Tuesday, January 20, 2009

Questions, and some answers

Two days ago, shortly after 5 pm at my home, I received a summons to the provincial court on three charges of violating A300. The charges are: owning a dog that runs at large; owning a dog that attacked another dog; failing to obey a muzzle order. The summons does not cite the date when these offenses allegedly occurred; it doesn not have to, evidently, but I surmise the date will turn out to be July 20.

1. What is the reason for serving me a summons just one day short of the end of the six-month statute of limitations on the alleged offense - i.e., why charge me now?

I don't know, but a provincial court judge is likely to ask the same of Officer Tim Hamm, who evidently felt these charges were serious enough to order Brindi to be put to death. If some sort of urgency is the reason, the judge might then ask, what was stopping him from doing it later?

2. Why don't I just appear on Feb. 3, pay a fine, and get my dog back?

Because it is unlikely that would happen. I am pretty sure it wouldn't have happened that way if they had charged me when they seized her. Back then, they said she was dangerous, period, and must be put down. (This raises the issue for future by-law revisers: is it illegal to own a dangerous dog, if it has not killed anybody and is deemed trainable, etc.?) The only difference being that back then, I could have gone to a judge right away. I think. It's confusing!

Another concern is, I were to appear in provincial court, it is possible (I'm not saying probable) that Brindi might end up being declared dangerous all over again and be put down. I can't fathom this exactly, but I am told it is possible. There's yet another scenario, that seems to be hopping around on the internet, that Brindi should be taken away from me, but still live, in somebody else's family. How could they do that? I received the answer a few days ago, when someone suggested that I sign over Brindi to an Animal Control Officer named Leah Parsons who runs a German Shepherd Rescue. I have no idea if Leah is aware of that. But I guess that's the only possible way a judge would turn over a dog he believes is dangerous. I'm sure people can imagine how I feel about such a possibility. Whether running a rescue and working at Animal Services poses a conflict of interest is yet another, very valid, question.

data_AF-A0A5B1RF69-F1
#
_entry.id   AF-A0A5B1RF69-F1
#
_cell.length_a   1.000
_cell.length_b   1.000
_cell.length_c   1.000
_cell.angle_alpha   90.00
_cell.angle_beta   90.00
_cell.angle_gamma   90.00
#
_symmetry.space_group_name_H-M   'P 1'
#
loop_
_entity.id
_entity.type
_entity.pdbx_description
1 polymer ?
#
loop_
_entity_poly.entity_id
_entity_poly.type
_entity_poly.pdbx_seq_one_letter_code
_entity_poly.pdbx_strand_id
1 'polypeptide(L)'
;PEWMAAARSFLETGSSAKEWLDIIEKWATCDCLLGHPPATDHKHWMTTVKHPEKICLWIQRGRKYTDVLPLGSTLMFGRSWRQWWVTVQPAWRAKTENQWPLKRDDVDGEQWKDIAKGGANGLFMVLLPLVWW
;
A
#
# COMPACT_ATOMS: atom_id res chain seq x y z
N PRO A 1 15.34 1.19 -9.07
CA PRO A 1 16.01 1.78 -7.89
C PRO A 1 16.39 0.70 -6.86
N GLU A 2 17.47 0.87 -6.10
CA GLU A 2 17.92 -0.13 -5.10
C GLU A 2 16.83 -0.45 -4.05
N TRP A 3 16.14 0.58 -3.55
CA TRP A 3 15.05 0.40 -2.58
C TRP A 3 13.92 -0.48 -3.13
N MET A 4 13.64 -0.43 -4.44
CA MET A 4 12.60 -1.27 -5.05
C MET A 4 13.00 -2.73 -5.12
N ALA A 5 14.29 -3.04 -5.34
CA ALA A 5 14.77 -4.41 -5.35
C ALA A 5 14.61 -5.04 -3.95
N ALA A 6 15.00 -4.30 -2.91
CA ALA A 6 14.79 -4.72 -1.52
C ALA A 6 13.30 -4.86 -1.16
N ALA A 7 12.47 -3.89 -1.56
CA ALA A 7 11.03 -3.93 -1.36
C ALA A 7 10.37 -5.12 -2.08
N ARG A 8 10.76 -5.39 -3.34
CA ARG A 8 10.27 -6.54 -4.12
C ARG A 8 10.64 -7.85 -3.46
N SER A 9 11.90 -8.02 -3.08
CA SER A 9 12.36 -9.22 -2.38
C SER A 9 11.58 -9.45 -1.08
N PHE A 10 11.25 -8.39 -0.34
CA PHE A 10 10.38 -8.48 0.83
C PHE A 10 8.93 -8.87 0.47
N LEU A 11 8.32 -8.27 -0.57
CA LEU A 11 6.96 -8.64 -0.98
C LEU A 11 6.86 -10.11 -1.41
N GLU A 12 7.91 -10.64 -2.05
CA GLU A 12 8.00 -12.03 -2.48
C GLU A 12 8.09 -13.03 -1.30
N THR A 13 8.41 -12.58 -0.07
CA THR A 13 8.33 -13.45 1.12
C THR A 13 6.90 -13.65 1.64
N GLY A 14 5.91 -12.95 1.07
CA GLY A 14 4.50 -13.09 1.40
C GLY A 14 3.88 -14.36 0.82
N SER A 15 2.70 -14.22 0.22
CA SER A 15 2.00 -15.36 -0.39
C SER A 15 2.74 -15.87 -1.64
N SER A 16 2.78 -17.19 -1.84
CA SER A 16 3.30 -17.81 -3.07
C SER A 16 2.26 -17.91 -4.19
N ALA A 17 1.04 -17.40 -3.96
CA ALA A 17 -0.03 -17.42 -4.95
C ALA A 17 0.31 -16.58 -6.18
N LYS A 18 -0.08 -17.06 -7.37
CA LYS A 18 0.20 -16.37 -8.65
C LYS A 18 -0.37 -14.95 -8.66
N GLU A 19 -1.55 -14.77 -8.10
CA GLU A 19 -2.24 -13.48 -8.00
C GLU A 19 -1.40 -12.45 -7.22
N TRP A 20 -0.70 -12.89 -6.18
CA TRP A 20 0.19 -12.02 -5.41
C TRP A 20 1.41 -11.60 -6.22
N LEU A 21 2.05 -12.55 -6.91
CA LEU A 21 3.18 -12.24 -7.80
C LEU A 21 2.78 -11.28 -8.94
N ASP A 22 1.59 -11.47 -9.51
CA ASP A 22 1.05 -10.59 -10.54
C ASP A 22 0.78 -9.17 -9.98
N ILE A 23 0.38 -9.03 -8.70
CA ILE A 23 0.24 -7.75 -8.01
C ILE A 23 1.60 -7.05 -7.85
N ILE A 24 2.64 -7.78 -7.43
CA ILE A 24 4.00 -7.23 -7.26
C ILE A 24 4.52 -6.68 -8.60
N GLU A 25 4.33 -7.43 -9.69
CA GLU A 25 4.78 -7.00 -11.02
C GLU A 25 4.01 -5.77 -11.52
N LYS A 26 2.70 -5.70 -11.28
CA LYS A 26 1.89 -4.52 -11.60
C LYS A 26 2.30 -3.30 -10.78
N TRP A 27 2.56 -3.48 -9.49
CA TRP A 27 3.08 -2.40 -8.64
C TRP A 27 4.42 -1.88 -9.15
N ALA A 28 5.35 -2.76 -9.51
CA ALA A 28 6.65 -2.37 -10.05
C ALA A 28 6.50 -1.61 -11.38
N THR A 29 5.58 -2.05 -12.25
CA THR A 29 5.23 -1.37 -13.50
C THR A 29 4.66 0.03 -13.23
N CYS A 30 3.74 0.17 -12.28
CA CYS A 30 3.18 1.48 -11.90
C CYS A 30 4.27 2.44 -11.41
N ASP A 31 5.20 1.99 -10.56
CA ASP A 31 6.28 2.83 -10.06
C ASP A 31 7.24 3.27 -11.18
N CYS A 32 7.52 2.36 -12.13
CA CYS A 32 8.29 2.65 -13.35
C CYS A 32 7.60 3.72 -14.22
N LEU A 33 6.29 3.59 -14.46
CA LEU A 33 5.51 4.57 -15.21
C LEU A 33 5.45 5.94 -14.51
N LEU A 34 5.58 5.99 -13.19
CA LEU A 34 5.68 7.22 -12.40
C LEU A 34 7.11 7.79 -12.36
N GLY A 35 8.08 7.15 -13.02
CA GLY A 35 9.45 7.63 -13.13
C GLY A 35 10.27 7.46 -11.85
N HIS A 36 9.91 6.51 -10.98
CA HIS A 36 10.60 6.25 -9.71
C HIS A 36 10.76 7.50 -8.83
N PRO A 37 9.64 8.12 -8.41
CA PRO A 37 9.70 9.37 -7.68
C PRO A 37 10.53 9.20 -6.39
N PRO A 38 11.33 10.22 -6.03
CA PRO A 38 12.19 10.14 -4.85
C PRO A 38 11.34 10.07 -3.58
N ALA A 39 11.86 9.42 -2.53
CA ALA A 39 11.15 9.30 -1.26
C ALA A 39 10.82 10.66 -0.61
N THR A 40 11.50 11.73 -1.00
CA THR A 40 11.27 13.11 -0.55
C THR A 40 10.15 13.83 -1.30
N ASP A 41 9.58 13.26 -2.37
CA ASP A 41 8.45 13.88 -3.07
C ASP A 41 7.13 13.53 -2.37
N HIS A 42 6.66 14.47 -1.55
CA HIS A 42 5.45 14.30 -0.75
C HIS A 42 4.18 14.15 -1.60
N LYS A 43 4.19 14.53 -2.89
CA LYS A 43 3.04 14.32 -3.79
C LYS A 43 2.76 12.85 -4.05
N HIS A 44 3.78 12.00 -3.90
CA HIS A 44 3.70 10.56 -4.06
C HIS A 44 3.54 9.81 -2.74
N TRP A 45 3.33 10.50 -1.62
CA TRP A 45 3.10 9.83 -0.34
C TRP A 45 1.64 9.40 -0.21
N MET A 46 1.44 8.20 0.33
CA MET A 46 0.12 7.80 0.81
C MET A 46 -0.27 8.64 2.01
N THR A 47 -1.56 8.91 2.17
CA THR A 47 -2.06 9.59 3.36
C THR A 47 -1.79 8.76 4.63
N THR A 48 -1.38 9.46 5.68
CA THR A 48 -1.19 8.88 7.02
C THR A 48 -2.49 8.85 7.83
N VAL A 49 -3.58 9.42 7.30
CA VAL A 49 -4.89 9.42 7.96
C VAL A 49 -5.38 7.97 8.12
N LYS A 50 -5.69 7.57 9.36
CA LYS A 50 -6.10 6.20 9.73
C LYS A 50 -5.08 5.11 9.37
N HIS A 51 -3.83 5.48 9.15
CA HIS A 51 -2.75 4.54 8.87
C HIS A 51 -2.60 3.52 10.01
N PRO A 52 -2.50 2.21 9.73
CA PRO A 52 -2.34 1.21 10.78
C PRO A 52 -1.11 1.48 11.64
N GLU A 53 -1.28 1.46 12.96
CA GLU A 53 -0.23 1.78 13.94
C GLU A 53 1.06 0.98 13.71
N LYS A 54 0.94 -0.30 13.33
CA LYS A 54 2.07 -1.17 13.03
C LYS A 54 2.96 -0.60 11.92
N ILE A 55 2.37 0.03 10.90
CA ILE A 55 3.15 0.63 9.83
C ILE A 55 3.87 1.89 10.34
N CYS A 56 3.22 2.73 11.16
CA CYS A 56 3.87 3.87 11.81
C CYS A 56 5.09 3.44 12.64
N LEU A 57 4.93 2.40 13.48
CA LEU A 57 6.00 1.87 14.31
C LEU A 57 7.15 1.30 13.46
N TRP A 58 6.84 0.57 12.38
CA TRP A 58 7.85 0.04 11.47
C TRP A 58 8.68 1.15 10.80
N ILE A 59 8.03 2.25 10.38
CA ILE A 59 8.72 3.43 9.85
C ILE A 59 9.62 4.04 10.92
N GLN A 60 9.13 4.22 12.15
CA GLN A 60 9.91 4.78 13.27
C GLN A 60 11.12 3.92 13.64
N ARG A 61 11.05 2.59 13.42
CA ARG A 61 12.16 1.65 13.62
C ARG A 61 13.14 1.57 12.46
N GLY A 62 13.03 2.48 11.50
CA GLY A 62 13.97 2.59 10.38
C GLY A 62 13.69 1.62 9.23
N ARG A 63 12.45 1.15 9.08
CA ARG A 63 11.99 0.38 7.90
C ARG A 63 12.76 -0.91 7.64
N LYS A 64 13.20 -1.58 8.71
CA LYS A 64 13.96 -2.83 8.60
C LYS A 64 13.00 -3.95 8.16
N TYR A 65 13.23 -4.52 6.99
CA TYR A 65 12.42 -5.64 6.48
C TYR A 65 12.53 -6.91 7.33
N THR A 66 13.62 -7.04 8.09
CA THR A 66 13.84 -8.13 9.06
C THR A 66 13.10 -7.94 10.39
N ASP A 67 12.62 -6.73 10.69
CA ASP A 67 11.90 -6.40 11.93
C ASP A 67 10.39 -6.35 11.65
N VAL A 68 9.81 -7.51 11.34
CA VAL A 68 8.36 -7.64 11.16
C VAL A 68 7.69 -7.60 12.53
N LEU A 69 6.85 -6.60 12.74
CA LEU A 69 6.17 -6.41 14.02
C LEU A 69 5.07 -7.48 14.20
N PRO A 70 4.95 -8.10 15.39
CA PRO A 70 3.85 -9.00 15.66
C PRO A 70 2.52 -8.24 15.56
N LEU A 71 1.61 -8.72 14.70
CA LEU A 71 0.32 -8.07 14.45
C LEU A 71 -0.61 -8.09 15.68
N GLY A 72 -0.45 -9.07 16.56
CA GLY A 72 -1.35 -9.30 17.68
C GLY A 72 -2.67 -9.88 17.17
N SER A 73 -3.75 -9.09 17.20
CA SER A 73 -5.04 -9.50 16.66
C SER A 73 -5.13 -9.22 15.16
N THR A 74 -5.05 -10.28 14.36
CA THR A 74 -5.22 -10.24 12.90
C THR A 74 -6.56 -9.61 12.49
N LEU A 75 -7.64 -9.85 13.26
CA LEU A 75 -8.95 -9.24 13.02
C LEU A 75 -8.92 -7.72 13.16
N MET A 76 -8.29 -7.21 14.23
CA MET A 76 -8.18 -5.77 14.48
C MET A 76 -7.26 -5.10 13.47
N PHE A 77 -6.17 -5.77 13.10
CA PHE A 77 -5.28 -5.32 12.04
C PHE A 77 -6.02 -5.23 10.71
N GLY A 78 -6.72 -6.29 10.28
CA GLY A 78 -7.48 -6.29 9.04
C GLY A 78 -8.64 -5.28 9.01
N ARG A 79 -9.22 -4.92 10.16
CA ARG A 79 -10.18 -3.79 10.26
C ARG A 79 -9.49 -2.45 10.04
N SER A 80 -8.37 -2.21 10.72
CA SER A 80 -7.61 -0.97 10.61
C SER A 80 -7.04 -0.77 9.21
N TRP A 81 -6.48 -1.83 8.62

3. Didn't the city already use the July 20 events as the grounds for seizure and destruction? (You cannot be tried for murder twice, can you?)

I thought so, but apparently not! Likewise, I'm told anything I wrote on a report could be used in the summons charges, even if it predates July 20. 

If only the authorities were this persistent when it came to prosecuting rapists and drug kingpins. I really don't know how this is possible, but my lawyer says it is. Again, I guess it would depend on the provincial court judge.

4. All of these charges are based on A300. A300 has been delivered a potentially fatal blow, now that section 8 (2) d is quashed; can it still hold?

Well, it remains to be seen if a provincial judge back away from enforcing A300 now. It seems to me it needs overhauling; it is missing something that would explain what happens when an owner is not charged but the dog is seized - even if just to require that an owner be charged before the step of seizure is taken, etc. The law requires a great deal of study before the right answer turns up.

5. What is happening now?

My lawyer is in the process of addressing the summons. We have several options. Keep in mind, the summons is just one of several issues to address. The most important one is that the city refuses to return Brindi. Until it does, I need to be able to visit her, and this is a further isuse.

Needless to say, all of this costs money. My lawyer has to eat. So do I and my animals. That aspect will be taken into consideration by a court when the time comes. I might add that though the Supreme Court awarded me costs, the "usual" amount awarded is $2,000. Hardly a drop in the bucket towards the current total of over $30,000.


I may be out on a limb here, but isn't the effort to get my dog back beginning to sound like Amnesty International trying to get a political prisoner released? If Brindi wasn’t a political prisoner at the start, it sure looks like she is now. What a little troublemaker she is! I love that little one so much. It was so good to see her and that gorgeous tail wag. I just can't wait. It can't be long now, my girl!!